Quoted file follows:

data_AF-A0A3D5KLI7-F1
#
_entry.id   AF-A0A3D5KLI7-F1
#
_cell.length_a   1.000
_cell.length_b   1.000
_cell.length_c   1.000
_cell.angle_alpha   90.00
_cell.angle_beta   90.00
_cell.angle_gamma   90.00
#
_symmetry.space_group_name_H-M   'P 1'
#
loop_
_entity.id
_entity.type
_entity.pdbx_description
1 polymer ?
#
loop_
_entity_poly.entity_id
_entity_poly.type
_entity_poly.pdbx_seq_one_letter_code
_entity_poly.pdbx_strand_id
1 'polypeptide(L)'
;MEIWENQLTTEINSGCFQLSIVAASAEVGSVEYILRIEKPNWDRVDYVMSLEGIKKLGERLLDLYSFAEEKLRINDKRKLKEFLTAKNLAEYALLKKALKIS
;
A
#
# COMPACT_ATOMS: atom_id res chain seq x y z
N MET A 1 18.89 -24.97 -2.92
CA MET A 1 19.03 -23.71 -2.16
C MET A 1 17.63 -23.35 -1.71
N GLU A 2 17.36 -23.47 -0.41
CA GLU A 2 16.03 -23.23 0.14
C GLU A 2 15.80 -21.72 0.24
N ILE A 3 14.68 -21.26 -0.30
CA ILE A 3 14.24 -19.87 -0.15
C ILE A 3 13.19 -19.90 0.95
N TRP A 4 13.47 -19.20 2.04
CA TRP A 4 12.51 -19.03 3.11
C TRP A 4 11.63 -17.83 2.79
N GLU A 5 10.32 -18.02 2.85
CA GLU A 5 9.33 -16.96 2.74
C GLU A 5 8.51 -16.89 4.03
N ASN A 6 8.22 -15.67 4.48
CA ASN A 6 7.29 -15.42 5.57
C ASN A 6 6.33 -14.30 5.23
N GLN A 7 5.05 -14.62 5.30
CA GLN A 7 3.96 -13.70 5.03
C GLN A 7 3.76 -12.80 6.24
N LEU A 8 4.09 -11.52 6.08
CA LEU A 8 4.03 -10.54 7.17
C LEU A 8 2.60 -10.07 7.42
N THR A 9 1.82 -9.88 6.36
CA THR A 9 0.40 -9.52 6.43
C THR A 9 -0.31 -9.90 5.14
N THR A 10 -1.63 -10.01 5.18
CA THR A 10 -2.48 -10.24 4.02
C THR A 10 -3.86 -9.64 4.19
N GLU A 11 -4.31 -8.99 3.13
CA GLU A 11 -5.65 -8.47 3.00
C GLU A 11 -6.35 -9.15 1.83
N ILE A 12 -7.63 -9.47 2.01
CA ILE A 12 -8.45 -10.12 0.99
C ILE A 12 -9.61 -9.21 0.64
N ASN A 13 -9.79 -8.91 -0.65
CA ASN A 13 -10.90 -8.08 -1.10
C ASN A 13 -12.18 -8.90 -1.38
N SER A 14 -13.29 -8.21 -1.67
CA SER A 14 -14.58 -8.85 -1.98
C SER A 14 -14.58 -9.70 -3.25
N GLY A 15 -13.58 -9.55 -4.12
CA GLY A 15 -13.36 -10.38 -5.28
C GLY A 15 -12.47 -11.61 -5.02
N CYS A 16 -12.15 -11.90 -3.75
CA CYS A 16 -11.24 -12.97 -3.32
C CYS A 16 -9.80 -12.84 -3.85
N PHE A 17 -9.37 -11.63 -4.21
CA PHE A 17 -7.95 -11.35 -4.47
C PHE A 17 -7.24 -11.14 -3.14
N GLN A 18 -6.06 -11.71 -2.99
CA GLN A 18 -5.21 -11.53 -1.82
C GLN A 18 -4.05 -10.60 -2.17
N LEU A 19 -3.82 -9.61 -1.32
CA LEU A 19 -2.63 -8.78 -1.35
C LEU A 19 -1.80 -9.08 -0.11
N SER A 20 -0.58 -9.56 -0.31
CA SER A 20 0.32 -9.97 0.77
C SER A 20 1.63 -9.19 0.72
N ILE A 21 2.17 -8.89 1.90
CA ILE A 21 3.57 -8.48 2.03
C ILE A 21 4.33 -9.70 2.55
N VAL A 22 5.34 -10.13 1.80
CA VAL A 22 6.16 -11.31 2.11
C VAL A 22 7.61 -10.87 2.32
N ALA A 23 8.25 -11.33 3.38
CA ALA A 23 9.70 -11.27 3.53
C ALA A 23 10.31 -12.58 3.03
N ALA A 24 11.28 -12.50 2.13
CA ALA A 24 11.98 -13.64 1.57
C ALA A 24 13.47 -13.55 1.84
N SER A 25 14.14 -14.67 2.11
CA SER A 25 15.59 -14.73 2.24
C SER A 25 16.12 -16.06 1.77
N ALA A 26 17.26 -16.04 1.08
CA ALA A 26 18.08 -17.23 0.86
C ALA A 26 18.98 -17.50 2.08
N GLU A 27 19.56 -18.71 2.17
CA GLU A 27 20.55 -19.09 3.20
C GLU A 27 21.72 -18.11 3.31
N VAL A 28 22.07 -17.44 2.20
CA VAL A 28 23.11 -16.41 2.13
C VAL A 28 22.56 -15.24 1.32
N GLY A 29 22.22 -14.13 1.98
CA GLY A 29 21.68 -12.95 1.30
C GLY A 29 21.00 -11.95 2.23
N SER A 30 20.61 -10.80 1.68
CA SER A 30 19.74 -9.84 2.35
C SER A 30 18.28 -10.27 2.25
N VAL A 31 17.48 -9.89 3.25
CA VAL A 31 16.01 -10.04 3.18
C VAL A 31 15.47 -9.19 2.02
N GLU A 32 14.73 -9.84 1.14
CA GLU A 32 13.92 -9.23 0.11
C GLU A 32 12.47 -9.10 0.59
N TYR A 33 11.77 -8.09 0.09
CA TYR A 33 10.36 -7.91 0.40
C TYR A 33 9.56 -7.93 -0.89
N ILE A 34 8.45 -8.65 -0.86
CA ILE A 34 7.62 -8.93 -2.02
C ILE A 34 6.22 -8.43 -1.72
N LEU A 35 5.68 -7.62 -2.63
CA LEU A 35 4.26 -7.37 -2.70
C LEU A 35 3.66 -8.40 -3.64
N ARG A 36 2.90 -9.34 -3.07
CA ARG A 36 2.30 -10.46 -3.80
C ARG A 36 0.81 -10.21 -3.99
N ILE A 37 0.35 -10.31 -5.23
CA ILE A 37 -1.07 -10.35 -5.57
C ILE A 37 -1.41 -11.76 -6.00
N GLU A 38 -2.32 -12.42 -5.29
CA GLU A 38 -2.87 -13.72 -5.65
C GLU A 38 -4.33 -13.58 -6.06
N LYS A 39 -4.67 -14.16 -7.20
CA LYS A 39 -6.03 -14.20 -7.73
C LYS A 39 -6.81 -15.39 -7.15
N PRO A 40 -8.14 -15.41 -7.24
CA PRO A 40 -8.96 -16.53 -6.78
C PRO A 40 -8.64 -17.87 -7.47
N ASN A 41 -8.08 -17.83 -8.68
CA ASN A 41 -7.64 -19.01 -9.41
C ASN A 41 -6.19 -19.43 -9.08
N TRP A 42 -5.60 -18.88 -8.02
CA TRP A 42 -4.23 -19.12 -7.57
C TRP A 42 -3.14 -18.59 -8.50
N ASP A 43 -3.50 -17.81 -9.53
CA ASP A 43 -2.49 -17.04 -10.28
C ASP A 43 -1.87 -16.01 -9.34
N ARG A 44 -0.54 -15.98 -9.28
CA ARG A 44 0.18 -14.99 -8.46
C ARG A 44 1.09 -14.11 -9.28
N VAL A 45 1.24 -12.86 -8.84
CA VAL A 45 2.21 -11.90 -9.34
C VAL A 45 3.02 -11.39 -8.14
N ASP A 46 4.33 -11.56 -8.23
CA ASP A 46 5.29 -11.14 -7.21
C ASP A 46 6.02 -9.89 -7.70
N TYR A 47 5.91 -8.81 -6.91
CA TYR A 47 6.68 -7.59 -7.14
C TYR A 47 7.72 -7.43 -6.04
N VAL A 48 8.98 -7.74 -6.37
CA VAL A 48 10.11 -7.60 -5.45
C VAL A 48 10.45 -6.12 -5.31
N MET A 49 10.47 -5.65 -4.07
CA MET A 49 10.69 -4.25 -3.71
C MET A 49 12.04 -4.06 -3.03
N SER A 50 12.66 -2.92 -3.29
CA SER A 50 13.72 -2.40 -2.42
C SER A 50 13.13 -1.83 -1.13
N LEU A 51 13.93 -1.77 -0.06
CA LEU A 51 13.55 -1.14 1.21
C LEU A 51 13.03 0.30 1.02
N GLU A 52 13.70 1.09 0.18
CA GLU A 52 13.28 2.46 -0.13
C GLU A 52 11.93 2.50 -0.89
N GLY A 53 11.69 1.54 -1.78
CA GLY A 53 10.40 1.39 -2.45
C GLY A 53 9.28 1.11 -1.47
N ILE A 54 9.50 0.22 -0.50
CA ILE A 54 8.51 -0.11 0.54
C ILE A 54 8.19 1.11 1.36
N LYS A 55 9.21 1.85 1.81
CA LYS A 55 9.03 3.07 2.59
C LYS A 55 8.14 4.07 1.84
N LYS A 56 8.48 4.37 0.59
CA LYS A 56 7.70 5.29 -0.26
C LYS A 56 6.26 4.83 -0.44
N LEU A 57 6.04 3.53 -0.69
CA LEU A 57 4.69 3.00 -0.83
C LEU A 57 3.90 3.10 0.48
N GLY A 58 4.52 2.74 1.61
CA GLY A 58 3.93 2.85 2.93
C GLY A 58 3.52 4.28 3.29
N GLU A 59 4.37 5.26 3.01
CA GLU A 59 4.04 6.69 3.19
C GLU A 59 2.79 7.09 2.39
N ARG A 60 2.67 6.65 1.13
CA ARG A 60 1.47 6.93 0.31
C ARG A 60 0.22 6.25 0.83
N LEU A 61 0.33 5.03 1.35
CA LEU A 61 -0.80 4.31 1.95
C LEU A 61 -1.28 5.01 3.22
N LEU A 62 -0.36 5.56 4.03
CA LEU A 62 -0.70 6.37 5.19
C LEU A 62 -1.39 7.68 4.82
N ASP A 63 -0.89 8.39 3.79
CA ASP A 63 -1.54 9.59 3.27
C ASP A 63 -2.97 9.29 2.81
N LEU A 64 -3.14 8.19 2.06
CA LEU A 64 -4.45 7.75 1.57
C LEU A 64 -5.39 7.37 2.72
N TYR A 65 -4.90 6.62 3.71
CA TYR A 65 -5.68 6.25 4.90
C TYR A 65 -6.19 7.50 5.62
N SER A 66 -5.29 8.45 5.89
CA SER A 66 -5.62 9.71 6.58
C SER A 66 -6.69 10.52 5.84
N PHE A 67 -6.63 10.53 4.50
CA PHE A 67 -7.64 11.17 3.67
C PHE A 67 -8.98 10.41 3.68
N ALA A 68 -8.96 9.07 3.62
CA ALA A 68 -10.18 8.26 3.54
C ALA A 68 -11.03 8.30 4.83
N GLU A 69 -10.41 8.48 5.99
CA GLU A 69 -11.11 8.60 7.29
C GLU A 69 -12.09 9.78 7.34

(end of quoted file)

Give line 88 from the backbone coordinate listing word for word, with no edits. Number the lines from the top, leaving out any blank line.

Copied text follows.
N SER A 20 -0.58 -9.56 -0.31